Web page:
Shoppers
Shoppers are showing some signs of returning. Image – Canva
  • March saw 1.4% growth in retail income across the country
  • The overall sector is 2% up on a year ago
  • While large format retail has done well, smaller retail has suffered

After a troubling year, smashed by a global pandemic and devastating falls in foot traffic to CBDs, Australian retail showed some positive growth signs in March.

Preliminary ABS statistics show that retail turnover across the country grew 1.4% in March, seasonally adjusted.

Compared to a year ago (March 2020), retail takings were up 2.3%. In perspective, this is an incredible result, given the massive shock the sector took as Covid hit and spread its effects across the industry.

Much of the sector is still well below where it was a year ago, and has not returned to anything like pre-pandemic levels of business. CBDs are, at best, 60% to 70% in terms of occupants, as compared to early 2020.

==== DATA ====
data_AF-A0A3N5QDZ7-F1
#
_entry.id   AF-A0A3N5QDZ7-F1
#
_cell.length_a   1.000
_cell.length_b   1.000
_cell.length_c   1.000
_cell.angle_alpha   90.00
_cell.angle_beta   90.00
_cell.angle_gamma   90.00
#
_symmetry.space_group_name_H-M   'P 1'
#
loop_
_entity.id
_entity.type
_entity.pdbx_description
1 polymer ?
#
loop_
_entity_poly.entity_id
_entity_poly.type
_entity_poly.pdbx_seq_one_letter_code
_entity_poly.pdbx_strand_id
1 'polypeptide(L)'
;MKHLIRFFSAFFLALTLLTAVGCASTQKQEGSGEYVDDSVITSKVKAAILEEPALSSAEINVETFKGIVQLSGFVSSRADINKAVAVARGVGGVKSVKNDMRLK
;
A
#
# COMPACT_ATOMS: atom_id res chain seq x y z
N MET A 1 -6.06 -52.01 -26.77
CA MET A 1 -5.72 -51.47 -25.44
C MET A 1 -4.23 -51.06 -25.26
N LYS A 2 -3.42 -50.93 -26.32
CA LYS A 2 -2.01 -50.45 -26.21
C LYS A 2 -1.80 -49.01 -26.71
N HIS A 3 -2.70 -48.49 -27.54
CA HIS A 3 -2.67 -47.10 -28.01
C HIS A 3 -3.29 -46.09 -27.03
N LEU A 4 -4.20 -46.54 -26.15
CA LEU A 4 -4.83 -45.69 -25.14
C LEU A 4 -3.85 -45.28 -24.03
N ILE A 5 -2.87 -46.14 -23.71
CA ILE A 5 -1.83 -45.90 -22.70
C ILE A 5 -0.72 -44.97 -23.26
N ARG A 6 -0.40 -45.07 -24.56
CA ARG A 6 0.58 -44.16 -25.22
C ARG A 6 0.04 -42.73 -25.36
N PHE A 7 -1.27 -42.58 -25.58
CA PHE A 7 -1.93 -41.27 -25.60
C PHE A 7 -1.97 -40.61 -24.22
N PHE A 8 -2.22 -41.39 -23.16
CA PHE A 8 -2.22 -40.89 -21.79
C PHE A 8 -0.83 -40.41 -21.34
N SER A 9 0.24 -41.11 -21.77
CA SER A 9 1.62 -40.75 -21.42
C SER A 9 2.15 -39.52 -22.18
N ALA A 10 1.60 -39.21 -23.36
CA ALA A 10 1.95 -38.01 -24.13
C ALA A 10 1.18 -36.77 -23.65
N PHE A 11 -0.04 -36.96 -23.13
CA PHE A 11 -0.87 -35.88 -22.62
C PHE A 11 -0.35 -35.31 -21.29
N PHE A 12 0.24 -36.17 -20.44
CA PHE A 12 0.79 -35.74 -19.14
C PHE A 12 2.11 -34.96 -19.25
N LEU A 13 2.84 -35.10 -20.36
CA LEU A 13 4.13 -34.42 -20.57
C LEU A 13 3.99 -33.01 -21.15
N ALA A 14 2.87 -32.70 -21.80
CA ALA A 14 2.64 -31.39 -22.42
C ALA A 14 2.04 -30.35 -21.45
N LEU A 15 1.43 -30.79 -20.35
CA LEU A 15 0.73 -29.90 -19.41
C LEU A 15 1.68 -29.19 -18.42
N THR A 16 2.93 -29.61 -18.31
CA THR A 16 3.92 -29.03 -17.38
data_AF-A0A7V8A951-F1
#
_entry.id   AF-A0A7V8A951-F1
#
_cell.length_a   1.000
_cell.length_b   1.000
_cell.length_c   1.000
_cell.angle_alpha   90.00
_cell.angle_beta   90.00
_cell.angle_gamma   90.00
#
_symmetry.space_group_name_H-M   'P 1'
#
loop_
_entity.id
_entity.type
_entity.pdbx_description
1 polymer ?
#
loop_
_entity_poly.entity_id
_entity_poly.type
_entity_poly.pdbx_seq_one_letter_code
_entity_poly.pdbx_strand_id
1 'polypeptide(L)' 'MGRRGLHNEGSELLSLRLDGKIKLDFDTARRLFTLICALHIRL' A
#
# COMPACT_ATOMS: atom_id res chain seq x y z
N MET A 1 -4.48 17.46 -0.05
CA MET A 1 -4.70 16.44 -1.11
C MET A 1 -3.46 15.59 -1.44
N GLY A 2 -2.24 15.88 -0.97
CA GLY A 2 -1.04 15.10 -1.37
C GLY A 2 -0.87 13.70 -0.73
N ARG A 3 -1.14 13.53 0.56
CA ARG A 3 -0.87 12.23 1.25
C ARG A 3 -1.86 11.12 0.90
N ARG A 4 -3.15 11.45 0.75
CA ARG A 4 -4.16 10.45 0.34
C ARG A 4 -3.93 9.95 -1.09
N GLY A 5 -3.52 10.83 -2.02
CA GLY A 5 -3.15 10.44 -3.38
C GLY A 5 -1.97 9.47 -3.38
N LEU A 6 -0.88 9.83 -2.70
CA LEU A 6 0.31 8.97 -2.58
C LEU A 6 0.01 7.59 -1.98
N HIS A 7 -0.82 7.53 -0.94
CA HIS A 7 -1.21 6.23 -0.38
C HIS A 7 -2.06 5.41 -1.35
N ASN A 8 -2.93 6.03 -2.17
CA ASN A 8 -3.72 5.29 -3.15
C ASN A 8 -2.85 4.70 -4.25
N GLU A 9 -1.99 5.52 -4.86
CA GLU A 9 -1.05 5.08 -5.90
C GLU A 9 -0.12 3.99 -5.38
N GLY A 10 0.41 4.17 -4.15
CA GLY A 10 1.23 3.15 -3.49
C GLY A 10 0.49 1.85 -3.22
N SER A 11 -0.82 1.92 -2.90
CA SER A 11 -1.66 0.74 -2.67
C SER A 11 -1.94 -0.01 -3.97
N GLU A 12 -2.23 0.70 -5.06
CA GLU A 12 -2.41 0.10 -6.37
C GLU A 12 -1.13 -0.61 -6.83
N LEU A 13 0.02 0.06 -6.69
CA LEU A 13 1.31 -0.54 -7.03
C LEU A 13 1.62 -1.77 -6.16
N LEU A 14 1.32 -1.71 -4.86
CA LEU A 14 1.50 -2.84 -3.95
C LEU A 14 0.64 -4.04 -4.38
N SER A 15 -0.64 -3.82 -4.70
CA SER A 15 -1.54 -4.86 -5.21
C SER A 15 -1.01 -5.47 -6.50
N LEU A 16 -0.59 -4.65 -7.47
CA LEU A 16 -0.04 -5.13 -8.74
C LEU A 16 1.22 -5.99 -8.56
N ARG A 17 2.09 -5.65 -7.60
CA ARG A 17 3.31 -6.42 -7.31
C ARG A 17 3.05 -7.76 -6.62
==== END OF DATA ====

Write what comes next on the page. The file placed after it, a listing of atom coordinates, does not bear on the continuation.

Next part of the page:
“Victoria and Western Australia led the rises, after COVID-19 lockdowns impacted retail sales in February 2021.

Queensland saw a small fall, with Greater Brisbane impacted by lockdown restrictions from 29 March.”

Ben James, Director of Quarterly Economy Wide Surveys, ABS

Cafes, restaurants and takeaway food services (+6%) led the rises by industry, driven by increases in Victoria and Western Australia.

Clothing, footwear and personal accessory retailing, and department stores also saw rises led by these two states. Nationally, food retailing saw a fall of 1%.

The March quarter is relatively unchanged in current price, seasonally adjusted terms. This follows a rise in the December quarter of 2.5%.

So, the recovery is on, if a bit faltering, relatively small and coming off a low base. However, it’s more encouraging news for a sector otherwise ravaged by events over the past year.

Amid the recovery, large format ASX-listed retailers such as Bunnings and JB HiFi have done by far the best, with many of them recording 20% to 30% improvements in the first half of the current financial year.

Small retailers have not fared quite nearly as well.

In response, earlier this month, the South Australian government announced $10,000 grants for small food and retail businesses in Adelaide, the Real Estate Institute of NSW called for ‘streamlined’ retail leases, and yesterday Brisbane Council announced 30,000 vouchers will be given away to entice people back into attractions, tours and accommodation.



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